HAROLD P. ROTH, M.D.; RAYMOND N. FERRERI, M.D.; MICHAEL A. PETTI, M.D.; MARVIN W. EVANS, M.D.
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There have been only a few studies of the effect of emotion on the small intestine. These have not produced consistent results. Cannon was one of the first to investigate the subject.1 He states: "The kneading movements of the small intestine cease whenever the observed animal shows signs of emotional excitement." Cannon does not specifically describe how he induced the emotional excitement that led to suppression of intestinal motility, but he does discuss the conditions under which he noted absence of gastric motility, which would appear likely to be the same. He described this absence of motility in young male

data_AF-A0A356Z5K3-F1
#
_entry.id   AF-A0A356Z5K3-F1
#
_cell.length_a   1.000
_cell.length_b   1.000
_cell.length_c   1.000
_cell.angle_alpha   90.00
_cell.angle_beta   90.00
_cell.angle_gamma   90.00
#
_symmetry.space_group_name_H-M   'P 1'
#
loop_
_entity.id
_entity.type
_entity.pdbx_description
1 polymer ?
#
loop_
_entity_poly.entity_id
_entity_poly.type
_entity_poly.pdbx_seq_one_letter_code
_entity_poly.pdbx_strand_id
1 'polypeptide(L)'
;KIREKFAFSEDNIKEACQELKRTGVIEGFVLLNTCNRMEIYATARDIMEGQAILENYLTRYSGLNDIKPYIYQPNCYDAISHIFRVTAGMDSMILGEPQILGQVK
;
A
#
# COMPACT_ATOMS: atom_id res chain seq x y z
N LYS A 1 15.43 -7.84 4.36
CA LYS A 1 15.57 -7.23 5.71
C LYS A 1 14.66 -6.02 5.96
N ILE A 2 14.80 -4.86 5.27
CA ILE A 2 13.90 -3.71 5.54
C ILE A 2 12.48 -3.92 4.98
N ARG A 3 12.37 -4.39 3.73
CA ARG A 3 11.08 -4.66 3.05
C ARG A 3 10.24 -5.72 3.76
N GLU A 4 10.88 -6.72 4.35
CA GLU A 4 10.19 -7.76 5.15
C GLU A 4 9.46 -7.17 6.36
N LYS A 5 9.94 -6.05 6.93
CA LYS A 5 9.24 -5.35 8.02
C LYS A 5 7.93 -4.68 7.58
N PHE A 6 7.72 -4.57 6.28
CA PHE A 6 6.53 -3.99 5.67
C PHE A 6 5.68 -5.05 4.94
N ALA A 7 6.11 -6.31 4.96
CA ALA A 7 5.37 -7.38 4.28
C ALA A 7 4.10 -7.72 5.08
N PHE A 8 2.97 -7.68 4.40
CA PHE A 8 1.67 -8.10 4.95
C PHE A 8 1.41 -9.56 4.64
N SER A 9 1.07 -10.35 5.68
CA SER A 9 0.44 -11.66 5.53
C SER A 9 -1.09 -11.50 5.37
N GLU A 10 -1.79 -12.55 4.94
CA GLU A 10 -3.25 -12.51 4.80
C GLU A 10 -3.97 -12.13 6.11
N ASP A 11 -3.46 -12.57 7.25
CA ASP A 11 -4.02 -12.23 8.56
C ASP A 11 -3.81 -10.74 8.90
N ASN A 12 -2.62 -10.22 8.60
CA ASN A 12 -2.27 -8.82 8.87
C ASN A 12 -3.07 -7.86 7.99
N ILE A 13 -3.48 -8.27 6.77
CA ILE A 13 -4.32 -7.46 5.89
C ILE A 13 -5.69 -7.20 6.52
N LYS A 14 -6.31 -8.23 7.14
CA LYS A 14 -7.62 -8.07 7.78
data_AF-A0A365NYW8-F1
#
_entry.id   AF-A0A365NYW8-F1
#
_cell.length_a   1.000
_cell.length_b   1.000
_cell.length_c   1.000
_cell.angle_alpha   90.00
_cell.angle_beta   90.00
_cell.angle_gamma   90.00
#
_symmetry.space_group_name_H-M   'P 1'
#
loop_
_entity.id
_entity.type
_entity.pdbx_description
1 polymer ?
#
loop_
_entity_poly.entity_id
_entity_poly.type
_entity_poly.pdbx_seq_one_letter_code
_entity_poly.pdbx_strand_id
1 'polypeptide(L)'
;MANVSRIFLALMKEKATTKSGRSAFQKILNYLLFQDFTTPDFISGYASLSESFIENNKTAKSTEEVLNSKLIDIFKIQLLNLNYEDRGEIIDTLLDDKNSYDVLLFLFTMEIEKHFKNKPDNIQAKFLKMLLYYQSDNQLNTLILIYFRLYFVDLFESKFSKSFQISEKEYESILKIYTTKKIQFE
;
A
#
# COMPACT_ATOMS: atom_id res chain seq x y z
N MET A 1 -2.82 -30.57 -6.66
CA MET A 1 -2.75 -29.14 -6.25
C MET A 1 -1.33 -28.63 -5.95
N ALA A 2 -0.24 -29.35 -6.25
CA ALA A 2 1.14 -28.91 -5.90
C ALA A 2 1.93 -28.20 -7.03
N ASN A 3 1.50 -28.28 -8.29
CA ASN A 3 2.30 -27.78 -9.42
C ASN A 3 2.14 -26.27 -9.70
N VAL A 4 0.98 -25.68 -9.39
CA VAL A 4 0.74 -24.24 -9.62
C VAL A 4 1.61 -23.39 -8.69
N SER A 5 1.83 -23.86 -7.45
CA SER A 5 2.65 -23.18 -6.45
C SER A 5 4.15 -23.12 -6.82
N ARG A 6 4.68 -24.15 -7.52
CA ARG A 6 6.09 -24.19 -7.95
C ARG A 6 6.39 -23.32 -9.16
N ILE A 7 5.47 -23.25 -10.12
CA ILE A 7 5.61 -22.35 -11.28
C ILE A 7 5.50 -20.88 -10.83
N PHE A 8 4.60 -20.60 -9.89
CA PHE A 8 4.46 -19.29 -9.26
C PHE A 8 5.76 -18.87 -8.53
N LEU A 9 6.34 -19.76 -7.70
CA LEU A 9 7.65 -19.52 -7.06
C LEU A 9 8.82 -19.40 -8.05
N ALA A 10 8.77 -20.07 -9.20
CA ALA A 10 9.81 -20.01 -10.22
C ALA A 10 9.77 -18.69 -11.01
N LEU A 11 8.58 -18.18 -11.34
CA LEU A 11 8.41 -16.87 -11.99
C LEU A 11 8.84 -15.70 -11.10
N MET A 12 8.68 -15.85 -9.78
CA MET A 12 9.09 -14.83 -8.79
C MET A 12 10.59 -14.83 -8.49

ROTH HP, FERRERI RN, PETTI MA, et al. MOTILITY OF THE SMALL INTESTINE DURING EMOTIONAL REACTIONS*. Ann Intern Med. 1953;38:38–52. doi: https://doi.org/10.7326/0003-4819-38-1-38
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Published: Ann Intern Med. 1953;38(1):38-52.
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